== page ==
16/01/2020 - 15:43

Builder wins copyright battle

16/01/2020 - 15:43

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A court has dismissed a claim of copyright infringement brought by Novus Homes against a homebuyer and a rival builder, ending two-and-a-half years of court proceedings and mediation.

Reg Boston says the court win was a good outcome, as well as an education. Photo: Gabriel Oliveira

A court has dismissed a claim of copyright infringement brought by Novus Homes against a homebuyer and a rival builder, ending two-and-a-half years of court proceedings and mediation.

The claim was over a property built in North Coogee by Bellagio Homes, which was appointed by homebuyers David and Jasmine Smith following a design and quote process that involved four separate builders.

Novus Homes, which recorded revenue of around $20 million in 2018, claimed that Mr and Mrs Smith had provided Bellagio with its design for the property.

Mr and Mrs Smith met with Novus Homes draftsperson Stephen Matthews on several occasions throughout the design process, but ultimately chose Bellagio to build the house, at a higher cost, because they were not satisfied with Mr Matthews’ design.

Bellagio Homes managing director Reg Boston told Business News he received a letter from Novus as the home was approaching practical completion, alleging copyright infringement.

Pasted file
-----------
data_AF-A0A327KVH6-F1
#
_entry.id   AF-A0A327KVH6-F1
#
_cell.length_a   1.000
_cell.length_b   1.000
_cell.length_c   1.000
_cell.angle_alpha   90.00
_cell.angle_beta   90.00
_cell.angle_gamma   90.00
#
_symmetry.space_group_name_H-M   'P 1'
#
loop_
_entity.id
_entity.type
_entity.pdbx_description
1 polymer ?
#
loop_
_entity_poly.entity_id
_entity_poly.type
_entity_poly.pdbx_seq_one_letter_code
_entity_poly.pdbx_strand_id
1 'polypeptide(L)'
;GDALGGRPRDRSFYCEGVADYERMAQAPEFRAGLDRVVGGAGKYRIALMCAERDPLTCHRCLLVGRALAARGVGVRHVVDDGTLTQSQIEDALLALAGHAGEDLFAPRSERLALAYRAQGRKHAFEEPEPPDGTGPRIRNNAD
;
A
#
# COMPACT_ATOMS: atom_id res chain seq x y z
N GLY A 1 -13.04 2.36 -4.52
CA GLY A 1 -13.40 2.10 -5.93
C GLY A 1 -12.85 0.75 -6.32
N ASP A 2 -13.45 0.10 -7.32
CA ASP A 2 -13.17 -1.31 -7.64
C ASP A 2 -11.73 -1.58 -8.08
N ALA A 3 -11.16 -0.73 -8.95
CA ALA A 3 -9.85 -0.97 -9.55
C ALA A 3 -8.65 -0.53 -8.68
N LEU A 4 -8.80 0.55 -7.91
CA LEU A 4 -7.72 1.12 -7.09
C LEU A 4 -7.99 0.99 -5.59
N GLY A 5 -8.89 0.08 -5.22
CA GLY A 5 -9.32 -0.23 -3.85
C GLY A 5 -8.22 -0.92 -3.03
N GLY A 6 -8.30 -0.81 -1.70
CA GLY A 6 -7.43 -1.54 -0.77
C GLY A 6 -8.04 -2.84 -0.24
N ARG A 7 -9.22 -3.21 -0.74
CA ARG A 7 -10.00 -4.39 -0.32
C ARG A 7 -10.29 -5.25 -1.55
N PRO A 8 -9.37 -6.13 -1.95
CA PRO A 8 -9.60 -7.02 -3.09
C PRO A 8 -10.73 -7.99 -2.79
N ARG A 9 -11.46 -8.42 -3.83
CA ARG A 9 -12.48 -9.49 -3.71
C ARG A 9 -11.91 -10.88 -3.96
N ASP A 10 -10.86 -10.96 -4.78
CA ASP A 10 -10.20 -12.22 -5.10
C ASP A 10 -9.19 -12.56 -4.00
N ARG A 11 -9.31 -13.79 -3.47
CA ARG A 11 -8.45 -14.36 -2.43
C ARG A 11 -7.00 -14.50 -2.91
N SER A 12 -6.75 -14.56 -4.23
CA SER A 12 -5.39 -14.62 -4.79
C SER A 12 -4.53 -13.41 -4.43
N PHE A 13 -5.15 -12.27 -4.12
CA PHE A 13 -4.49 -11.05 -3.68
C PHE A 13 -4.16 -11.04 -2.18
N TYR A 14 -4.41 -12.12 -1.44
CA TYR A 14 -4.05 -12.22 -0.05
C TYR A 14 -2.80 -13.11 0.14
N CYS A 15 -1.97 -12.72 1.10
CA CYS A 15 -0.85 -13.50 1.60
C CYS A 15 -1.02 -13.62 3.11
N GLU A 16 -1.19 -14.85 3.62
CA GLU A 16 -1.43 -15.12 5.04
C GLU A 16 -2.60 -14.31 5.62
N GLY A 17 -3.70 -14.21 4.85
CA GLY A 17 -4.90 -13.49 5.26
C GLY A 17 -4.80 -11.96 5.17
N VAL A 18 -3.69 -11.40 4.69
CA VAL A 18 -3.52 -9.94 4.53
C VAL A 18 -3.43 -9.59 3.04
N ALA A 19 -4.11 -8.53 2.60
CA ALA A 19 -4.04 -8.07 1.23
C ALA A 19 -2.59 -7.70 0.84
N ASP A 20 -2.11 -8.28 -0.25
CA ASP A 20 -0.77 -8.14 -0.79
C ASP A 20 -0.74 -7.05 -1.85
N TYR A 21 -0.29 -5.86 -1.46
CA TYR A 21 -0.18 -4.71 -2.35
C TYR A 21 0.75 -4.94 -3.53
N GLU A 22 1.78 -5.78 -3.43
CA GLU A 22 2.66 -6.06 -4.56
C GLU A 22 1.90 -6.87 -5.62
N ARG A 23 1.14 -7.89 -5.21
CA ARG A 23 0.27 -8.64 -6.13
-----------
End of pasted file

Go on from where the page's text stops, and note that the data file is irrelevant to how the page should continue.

Earlier this month, the Magistrates Court of Western Australia ruled that there was no proof that Mr and Mrs Smith gave Bellagio the plans.

“Mr and Mrs Smith had certain fixed ideas on what they wanted,” Magistrate Martin Crawford said in a judgement delivered on January 10.

“Copyright does not protect ideas but rather the expression of ideas.

“In this instance, similar instructions were given by Mr and Mrs Smith to different builders.

“Those builders’ designs thus had some similarities reflecting the similar instructions. That is not a copyright infringement.”

Mr Crawford also raised concerns with the conduct of Mr Matthews, who admitted in court that he trespassed on the property on two occasions to assess its similarity and take measurements.

Evidence provided by Novus Homes director Nicola Antonelli to demonstrate a loss of profit due to the alleged breach of copyright was described as “very limited” and “light on detail”.

Mr Boston said he was relieved to be able to concentrate on his core business again following the court’s decision.

“It was a very difficult process to go through, considering the market,” he said.

“QBE was quite active in wanting to understand what was going on and why it was dragging on, to the point that they were considering restricting my indemnity insurance, which would then restrict what I could built.

“That side of it was very difficult.”

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